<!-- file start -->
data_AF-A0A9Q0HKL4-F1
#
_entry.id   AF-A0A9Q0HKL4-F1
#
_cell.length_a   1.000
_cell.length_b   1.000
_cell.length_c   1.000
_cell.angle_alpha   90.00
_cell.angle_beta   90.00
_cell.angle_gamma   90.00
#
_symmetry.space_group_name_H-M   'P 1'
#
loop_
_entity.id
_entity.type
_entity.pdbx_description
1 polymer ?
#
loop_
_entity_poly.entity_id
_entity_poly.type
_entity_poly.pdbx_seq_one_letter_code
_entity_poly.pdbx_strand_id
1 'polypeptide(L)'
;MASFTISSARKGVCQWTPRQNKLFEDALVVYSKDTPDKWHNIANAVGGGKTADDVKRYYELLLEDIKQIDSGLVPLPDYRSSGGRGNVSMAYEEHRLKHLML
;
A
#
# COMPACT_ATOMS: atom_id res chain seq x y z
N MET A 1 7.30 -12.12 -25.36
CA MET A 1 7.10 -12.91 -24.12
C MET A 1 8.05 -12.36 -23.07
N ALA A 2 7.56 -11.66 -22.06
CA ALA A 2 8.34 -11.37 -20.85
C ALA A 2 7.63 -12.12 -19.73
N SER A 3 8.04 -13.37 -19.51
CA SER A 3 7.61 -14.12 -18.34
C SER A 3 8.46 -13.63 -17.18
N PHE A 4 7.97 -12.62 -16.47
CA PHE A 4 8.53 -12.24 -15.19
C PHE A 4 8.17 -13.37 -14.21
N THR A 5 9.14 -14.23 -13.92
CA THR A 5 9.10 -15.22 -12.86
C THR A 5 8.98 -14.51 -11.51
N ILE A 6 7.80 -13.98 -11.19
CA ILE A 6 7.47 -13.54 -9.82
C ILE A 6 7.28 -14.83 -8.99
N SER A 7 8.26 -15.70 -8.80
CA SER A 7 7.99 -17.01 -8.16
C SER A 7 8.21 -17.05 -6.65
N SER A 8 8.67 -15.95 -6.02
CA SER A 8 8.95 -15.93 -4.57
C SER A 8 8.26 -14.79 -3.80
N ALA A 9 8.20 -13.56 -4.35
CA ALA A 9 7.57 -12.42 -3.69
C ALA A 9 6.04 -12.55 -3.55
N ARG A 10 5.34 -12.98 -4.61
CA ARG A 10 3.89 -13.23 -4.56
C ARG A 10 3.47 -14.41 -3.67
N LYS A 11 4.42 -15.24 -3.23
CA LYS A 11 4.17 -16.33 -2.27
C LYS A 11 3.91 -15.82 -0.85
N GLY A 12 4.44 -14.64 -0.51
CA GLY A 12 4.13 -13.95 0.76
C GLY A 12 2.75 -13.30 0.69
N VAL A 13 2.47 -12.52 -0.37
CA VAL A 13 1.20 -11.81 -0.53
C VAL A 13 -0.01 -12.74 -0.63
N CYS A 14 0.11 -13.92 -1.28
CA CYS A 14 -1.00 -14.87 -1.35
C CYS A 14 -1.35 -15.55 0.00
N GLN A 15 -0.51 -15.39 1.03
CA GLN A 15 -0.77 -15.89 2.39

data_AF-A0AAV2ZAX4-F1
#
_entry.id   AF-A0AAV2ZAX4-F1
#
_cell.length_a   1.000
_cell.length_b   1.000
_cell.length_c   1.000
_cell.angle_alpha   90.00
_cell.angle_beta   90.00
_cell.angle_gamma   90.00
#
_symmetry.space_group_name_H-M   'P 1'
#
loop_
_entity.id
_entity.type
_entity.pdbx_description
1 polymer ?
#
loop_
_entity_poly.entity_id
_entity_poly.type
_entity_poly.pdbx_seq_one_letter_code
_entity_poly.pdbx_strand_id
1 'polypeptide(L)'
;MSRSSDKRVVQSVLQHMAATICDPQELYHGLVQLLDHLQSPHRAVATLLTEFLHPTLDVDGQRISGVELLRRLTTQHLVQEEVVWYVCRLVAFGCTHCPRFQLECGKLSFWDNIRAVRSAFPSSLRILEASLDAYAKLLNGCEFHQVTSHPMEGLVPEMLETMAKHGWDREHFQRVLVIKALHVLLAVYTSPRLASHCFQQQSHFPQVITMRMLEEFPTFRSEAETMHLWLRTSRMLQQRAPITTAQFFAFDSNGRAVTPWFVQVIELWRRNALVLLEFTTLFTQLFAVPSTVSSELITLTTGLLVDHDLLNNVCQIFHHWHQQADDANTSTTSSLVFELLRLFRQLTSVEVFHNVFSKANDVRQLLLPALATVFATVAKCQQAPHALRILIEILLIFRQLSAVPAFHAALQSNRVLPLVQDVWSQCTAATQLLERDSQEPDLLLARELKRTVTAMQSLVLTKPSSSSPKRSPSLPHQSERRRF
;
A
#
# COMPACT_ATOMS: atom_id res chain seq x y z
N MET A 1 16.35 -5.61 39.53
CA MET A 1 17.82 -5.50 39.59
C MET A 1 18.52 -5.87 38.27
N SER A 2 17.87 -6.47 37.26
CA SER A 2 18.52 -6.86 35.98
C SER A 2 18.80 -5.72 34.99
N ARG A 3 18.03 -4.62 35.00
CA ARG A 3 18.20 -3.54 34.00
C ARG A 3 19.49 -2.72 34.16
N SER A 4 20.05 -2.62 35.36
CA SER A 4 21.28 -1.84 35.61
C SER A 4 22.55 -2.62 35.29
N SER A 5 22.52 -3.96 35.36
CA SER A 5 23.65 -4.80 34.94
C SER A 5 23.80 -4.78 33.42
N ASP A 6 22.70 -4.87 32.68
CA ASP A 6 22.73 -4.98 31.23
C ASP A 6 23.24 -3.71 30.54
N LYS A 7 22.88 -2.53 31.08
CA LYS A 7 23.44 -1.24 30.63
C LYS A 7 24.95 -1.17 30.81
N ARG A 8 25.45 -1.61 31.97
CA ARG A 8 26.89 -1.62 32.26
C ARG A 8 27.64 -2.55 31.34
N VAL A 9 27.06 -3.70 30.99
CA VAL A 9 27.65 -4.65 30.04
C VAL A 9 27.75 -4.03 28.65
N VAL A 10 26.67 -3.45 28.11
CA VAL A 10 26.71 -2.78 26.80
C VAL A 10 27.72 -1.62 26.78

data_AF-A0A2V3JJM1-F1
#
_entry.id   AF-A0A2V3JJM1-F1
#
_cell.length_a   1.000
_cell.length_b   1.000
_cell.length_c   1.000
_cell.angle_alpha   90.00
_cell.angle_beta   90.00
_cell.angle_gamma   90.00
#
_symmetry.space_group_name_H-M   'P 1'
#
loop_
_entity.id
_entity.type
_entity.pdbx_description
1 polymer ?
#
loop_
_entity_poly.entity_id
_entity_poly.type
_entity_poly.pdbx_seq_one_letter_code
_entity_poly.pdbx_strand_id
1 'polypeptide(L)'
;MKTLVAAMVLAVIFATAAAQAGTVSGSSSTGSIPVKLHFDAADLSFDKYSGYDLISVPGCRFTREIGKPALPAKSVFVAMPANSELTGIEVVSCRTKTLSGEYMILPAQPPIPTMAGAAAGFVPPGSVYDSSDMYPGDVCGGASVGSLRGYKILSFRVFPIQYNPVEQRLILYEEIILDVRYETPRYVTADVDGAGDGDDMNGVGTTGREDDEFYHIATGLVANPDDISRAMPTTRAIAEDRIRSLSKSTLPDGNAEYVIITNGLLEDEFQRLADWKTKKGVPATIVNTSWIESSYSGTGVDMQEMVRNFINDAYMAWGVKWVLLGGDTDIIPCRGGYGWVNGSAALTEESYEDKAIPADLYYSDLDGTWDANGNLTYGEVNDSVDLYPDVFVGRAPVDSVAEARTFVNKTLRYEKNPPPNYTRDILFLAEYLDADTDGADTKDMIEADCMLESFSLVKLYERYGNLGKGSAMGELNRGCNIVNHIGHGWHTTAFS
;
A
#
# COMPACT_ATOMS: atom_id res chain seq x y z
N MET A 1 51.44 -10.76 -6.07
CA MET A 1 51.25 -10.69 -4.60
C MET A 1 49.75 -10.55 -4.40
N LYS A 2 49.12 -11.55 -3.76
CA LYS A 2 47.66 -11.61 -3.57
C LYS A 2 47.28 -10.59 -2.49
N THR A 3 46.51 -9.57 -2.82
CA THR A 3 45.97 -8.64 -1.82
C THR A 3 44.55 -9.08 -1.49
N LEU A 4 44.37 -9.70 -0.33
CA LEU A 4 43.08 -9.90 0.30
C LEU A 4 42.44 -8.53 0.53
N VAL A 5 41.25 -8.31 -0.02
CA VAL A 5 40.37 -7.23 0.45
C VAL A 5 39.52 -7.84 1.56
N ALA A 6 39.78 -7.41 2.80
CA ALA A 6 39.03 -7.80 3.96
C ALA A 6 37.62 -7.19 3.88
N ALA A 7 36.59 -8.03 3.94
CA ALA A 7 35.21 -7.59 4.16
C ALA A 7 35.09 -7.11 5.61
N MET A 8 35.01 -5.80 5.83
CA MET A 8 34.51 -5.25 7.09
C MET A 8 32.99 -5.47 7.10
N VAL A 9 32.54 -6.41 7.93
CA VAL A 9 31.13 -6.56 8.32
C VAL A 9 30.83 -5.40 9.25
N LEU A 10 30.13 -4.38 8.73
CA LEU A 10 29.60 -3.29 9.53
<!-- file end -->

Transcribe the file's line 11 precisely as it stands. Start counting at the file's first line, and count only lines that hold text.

#